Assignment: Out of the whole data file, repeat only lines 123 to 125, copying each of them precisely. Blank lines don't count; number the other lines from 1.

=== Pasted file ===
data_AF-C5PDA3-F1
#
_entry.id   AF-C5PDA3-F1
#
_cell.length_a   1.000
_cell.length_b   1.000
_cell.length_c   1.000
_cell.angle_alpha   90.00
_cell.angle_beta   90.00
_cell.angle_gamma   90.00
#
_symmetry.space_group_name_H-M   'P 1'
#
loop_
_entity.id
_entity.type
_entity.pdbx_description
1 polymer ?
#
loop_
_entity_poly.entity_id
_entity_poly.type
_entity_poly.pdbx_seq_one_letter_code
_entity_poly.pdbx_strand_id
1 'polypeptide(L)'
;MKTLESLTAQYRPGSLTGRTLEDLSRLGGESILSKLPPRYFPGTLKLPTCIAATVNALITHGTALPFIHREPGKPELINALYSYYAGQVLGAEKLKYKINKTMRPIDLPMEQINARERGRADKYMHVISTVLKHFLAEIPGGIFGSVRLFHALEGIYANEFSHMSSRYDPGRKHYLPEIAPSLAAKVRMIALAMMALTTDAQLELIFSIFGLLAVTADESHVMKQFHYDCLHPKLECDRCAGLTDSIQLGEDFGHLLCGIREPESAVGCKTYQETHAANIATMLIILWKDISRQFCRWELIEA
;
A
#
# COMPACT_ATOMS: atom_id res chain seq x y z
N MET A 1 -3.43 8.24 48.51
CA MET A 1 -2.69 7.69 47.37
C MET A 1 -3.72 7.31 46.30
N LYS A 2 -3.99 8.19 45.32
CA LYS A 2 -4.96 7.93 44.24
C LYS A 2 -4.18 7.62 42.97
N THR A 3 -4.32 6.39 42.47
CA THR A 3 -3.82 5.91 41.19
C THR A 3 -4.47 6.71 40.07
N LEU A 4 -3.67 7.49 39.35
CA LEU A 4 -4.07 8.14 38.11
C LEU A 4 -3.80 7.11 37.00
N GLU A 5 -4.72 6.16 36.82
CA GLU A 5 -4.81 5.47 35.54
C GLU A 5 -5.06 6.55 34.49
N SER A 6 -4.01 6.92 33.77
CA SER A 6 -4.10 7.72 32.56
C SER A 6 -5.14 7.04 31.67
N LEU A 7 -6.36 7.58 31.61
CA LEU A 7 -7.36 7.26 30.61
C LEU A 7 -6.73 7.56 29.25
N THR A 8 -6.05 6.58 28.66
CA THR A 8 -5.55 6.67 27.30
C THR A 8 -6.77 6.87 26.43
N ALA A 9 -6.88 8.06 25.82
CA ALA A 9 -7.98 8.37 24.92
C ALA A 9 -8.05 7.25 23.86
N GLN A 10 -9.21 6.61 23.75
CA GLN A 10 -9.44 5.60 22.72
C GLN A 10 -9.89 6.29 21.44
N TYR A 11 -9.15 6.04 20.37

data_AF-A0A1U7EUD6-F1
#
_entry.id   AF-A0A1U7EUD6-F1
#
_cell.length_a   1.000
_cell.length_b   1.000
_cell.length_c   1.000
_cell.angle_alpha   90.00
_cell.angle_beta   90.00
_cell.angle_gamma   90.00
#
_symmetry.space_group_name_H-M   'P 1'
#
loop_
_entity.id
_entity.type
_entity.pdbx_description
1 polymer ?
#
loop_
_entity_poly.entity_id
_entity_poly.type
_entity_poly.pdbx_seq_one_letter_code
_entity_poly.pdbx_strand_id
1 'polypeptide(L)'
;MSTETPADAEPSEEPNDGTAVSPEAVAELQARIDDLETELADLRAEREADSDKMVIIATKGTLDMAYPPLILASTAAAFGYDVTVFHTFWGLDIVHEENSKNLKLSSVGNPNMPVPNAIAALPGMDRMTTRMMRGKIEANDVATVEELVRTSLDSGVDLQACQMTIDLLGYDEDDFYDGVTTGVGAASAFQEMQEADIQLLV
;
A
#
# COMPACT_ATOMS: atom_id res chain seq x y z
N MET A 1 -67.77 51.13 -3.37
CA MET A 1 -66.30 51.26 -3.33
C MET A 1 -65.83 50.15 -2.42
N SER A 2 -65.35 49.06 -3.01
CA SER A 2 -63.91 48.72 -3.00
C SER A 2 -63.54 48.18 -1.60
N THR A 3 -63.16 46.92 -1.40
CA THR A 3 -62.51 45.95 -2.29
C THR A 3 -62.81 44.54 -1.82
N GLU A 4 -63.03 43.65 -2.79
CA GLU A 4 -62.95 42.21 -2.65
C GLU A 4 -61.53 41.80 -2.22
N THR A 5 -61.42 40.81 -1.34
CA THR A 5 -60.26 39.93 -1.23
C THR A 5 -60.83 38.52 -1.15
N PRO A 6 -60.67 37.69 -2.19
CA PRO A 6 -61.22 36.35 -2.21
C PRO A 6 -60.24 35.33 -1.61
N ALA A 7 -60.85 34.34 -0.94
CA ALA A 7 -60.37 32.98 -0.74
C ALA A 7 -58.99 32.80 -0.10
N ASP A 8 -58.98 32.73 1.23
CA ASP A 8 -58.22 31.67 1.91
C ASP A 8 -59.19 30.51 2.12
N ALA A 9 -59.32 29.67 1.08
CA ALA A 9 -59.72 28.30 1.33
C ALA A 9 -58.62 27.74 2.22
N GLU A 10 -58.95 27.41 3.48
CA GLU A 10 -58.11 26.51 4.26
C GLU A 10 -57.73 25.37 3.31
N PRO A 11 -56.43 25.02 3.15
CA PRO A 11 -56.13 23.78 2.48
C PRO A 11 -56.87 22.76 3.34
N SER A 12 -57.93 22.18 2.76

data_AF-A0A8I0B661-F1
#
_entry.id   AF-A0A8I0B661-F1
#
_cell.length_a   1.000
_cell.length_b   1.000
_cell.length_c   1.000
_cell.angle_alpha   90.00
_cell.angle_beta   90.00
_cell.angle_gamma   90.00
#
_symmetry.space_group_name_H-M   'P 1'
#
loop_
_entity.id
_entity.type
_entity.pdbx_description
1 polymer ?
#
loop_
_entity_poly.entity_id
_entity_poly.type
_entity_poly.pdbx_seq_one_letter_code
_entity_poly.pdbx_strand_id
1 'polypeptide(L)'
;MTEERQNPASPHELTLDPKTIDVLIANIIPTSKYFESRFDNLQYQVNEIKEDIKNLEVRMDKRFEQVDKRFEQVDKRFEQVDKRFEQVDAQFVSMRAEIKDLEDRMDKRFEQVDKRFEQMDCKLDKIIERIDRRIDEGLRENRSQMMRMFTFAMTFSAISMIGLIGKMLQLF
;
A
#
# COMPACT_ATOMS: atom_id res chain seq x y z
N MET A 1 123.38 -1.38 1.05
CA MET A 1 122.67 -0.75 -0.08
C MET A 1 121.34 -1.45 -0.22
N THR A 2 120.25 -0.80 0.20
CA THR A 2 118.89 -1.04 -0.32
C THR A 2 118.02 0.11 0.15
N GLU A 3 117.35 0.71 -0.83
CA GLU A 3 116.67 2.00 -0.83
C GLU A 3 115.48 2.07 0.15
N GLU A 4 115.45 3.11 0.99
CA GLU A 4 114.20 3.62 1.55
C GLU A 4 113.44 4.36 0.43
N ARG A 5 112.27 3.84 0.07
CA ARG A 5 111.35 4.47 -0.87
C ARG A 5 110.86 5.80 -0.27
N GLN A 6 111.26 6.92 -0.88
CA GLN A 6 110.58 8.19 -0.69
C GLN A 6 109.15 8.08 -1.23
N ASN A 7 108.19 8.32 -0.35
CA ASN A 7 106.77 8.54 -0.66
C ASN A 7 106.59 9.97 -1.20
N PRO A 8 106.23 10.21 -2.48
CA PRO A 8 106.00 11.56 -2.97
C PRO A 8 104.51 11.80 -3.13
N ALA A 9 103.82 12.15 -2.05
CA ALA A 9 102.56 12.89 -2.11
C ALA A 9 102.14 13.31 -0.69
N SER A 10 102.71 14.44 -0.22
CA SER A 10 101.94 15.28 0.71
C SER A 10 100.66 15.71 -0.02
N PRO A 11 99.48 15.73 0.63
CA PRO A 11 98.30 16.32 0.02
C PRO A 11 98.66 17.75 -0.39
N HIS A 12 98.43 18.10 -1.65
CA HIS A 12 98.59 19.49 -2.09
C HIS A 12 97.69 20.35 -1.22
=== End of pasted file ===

CA PRO A 11 -56.13 23.78 2.48
C PRO A 11 -56.87 22.76 3.34
N SER A 12 -57.93 22.18 2.76